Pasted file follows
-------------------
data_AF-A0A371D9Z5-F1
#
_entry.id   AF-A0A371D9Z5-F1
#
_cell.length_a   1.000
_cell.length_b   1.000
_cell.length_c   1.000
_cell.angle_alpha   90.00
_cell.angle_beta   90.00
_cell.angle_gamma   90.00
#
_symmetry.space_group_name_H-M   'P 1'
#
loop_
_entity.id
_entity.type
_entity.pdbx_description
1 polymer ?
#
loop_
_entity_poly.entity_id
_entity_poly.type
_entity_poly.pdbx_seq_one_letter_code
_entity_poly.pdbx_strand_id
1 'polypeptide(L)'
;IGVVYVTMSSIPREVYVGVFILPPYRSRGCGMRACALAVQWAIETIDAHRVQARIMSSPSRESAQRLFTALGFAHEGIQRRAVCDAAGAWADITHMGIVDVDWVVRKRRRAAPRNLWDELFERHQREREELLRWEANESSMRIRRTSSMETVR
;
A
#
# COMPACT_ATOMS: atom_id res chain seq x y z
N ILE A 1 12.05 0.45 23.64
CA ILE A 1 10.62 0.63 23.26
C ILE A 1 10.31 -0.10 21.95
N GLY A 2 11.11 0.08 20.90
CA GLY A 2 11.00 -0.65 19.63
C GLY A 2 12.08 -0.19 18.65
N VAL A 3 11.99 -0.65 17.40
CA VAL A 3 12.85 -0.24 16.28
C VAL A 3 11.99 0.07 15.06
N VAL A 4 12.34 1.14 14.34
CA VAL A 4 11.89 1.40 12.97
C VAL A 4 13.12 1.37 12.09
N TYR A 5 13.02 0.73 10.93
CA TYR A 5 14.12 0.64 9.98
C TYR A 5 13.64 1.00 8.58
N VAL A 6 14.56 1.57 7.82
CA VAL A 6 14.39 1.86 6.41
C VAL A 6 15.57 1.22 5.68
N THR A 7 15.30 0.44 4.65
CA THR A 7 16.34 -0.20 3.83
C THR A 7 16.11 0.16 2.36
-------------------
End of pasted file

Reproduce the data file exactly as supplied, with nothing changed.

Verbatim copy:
data_AF-A0A371D9Z5-F1
#
_entry.id   AF-A0A371D9Z5-F1
#
_cell.length_a   1.000
_cell.length_b   1.000
_cell.length_c   1.000
_cell.angle_alpha   90.00
_cell.angle_beta   90.00
_cell.angle_gamma   90.00
#
_symmetry.space_group_name_H-M   'P 1'
#
loop_
_entity.id
_entity.type
_entity.pdbx_description
1 polymer ?
#
loop_
_entity_poly.entity_id
_entity_poly.type
_entity_poly.pdbx_seq_one_letter_code
_entity_poly.pdbx_strand_id
1 'polypeptide(L)'
;IGVVYVTMSSIPREVYVGVFILPPYRSRGCGMRACALAVQWAIETIDAHRVQARIMSSPSRESAQRLFTALGFAHEGIQRRAVCDAAGAWADITHMGIVDVDWVVRKRRRAAPRNLWDELFERHQREREELLRWEANESSMRIRRTSSMETVR
;
A
#
# COMPACT_ATOMS: atom_id res chain seq x y z
N ILE A 1 12.05 0.45 23.64
CA ILE A 1 10.62 0.63 23.26
C ILE A 1 10.31 -0.10 21.95
N GLY A 2 11.11 0.08 20.90
CA GLY A 2 11.00 -0.65 19.63
C GLY A 2 12.08 -0.19 18.65
N VAL A 3 11.99 -0.65 17.40
CA VAL A 3 12.85 -0.24 16.28
C VAL A 3 11.99 0.07 15.06
N VAL A 4 12.34 1.14 14.34
CA VAL A 4 11.89 1.40 12.97
C VAL A 4 13.12 1.37 12.09
N TYR A 5 13.02 0.73 10.93
CA TYR A 5 14.12 0.64 9.98
C TYR A 5 13.64 1.00 8.58
N VAL A 6 14.56 1.57 7.82
CA VAL A 6 14.39 1.86 6.41
C VAL A 6 15.57 1.22 5.68
N THR A 7 15.30 0.44 4.65
CA THR A 7 16.34 -0.20 3.83
C THR A 7 16.11 0.16 2.36